The straight and narrow

Observations on scouting

Philadelphia City Council has given its Boy Scouts an ultimatum: change your ways or take a hike. In two months, the 64,000-strong Philadelphia Boy Scout troop will be evicted from the grand Italian Renaissance headquarters it built for itself 80 years ago, and for which it pays $1 a year rent to the local authority. The issue is not the rent but the policy of the Boy Scouts of America, which bans homosexuals, agnostics and atheists from its ranks.

The Philadelphia Scouts, the third-largest group in the US, is caught between its national leadership, which sticks to a literal reading of the Scout oath "to keep myself physically strong, mentally awake, and morally straight", and the Philadelphia council, which by law cannot subsidise discrimination.

The city has given notice that after 31 May, when the lease runs out, it will let the Scout building for a market rent of $200,000 a year, either to the Scouts or another tenant.

The Philadelphia scouting controversy has rekindled the bitterness of 2000 following the Supreme Court's narrow five-to-four decision to back the Scouts' First Amendment rights over the individual rights of James Dale, a scoutmaster who was sacked because he is gay. The court declared that the Scouts operate much like a private club, with members invited to join and be approved by existing members, and that they were therefore free to bar those who offend them.

As a result, charities and public bodies with anti-discrimination policies stopped funding the Scouts. In Philadelphia, charities have withdrawn more than half a million dollars a year, resulting in a 50 per cent reduction in paid staff.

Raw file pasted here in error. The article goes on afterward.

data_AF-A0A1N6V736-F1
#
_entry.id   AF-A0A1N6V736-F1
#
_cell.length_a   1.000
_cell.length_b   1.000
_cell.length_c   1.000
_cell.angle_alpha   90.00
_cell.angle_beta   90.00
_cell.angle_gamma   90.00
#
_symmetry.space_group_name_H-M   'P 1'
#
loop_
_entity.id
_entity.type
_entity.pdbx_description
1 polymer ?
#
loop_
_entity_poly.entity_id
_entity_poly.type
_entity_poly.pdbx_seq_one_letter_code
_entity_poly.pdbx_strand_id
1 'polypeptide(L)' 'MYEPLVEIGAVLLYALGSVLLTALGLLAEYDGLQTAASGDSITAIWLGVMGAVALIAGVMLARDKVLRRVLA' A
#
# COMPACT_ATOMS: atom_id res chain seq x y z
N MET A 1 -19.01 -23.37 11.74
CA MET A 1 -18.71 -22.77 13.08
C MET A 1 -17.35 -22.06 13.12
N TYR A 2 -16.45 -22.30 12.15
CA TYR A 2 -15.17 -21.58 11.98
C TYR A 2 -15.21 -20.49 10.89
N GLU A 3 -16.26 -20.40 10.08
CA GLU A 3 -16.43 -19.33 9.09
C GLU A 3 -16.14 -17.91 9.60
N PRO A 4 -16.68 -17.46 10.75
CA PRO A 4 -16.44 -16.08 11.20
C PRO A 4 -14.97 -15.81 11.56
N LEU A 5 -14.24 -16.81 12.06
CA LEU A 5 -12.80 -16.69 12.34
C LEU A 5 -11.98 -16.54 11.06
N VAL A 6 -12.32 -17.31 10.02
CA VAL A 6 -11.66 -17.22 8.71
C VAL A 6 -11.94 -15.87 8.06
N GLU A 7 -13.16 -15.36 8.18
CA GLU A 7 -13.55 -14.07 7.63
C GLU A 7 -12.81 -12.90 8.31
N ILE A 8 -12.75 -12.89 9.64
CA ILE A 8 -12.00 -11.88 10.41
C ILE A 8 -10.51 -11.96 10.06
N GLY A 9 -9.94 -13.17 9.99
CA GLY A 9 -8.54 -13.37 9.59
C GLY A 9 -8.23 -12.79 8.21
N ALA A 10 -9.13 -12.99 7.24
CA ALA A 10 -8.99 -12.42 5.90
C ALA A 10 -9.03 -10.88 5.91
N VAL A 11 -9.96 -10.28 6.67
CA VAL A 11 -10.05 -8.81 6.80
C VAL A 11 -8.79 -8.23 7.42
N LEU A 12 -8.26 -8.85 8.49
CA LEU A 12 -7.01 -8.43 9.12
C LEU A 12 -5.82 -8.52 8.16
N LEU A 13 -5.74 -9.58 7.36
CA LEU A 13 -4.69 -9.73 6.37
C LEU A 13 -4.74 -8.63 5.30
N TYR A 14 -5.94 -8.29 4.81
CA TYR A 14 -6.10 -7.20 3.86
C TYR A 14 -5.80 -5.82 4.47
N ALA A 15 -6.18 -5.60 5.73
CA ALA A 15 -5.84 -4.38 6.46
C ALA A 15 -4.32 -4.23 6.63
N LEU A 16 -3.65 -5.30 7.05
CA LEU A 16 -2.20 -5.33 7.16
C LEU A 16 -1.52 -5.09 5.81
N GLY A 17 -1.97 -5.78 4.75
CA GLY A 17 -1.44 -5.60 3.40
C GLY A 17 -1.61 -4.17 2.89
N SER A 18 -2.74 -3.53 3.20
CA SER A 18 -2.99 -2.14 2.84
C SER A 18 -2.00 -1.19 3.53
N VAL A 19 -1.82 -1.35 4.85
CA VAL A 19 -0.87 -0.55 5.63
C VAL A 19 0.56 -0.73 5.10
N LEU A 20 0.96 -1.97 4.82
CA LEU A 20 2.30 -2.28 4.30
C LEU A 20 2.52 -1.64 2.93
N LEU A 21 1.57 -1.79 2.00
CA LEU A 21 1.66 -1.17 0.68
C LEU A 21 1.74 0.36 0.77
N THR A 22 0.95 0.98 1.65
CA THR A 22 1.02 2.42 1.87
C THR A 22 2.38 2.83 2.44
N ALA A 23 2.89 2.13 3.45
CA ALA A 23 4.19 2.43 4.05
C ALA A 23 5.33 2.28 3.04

The Cradle of Liberty Council board, which runs the Philadelphia Scouts, tried in 2003 to opt out of the anti-gay dictum, but the national organisation overruled them. And as if to emphasise its willingness to pander to the homophobia of the national leadership, the Philadelphia Scouts promptly expelled an 18-year-old member who declared himself gay.

As May's eviction deadline nears, the leadership is looking for a way out. "We know there are gay Scouts. Of course there are," said their spokesman Jeff Jubelirer. "We tried to change the policy. National wouldn't allow us. We're trying to do the right thing."

With little prospect of compromise from the national Scout movement, the city has told the Philadelphia troop to shape up or pack up its tents. The ultimatum has angered social conservatives.

"The venerable institution of the Boy Scouts of America, with its clearly stated belief in God, adherence to a strict moral code and steadfast focus on shaping young men, is the trophy buck that the American Civil Liberties Union and their friends would like to hang above the fireplace," said the governor of Texas, Rick Perry.

He warned that Philadelphia is only the start. "Just the threat of a lawsuit has compelled certain public organisations to close their doors to the Scouts," he said. "City officials sympathetic to the secular agenda are creating policies that ban access to facilities for Scouts."

The victims in this skirmish are, inevitably, boys who would be Scouts. Scouting is credited with keeping boys at risk from becoming entangled in crime and drug use off the streets, which is why so many African-American church ministers in Philadelphia encourage boys to join.

But if the Philadelphia Scouts have to muster a further $199,999 a year to meet the rent, the shortfall will be made by cutting activities. "That's 30 new Cub Scout packs or 800 needy kids going to our summer camp," says Jubelirer.

Nicholas Wapshott’s Keynes Hayek: the Clash That Defined Modern Economics is published by W W Norton (£12.99)

This article first appeared in the 10 March 2008 issue of the New Statesman, How Hillary did it